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Elect Mr. Robinson for a Better World (Paperback)
Taxpayers have defunded the public school system; neighbors are erecting punji pits and defense walls around their homes in a sort of cold war against their suburban neighbors; a cult (centered around fish) has stepped in to lend comfort and purpose to a depressed and scared community. Not only strange and prescient but also lyrical, I love this novel so much that I taught myself to recite its opening paragraph from memory.
(Andrew)— From Staff Picks
"A dark, suburban fantasy . . . richly funny, even whimsical, and bizarrely familiar." "The New" "Yorker"
In the seaside community of Donald Antrim's "Elect Mr. Robinson for a Better World, "the citizens are restless. The mayor has fired stinger missiles into the Botanical Garden reflecting pool, and his public execution was a messy affair. As these hawkish suburbanites fortify their houses with deadly moats and land mines, a former third-grade teacher named Pete Robinson steps forward with a tenuous bid to replace the mayor. But can anyone satisfy the terrible will of the people? By turns funny and phantasmagorical, fiercely intelligent and imaginative, Donald Antrim's story of suburban civics turned macabre is a new American classic.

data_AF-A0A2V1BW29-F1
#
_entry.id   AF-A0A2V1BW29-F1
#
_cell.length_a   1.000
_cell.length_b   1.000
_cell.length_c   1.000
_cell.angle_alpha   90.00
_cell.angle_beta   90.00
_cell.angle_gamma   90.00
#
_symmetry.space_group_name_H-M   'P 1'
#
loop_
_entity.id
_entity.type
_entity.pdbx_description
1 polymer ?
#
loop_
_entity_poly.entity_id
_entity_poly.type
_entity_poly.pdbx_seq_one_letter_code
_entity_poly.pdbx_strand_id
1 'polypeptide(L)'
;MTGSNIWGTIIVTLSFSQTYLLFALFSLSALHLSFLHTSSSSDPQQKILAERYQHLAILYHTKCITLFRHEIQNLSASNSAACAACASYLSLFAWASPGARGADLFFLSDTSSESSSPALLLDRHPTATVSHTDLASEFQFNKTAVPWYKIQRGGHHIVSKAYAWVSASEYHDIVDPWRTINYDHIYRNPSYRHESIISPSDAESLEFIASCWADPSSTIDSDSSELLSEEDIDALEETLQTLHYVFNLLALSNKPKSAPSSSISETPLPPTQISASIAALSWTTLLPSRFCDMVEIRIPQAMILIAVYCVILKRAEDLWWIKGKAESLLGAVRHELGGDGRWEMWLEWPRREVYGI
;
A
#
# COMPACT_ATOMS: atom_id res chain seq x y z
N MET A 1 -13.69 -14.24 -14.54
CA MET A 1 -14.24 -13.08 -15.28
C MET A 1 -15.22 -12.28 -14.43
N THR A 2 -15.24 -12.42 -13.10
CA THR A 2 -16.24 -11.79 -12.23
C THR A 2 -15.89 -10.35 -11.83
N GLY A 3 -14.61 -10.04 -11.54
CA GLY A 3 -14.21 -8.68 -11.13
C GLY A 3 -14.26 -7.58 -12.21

About the Author
Donald Antrim is the critically acclaimed author of Elect Mr. Robinson for a Better World, The Hundred Brothers, and The Verificationist, as well The Afterlife, a memoir about his mother. A regular contributor to The New Yorker, he has also been the recipient of a MacArthur "Genius" Grant and fellowships from the John Simon Guggenheim Memorial Foundation, the National Endowment for the Arts, and the New York Public Library. He lives in New York City.
"Entertaining and mischievously imagined . . . Antrim is a wonderful, truly original comic writer." —San Francisco Chronicle"A slice of sulfurous whimsy… You are draw in because of the depth of human feeling that Antrim smuggles in… almost below the radar level." —The New York Times "The author’s surreal vision is both imaginative and wholly his own . . . A striking literary discovery." —The Boston Globe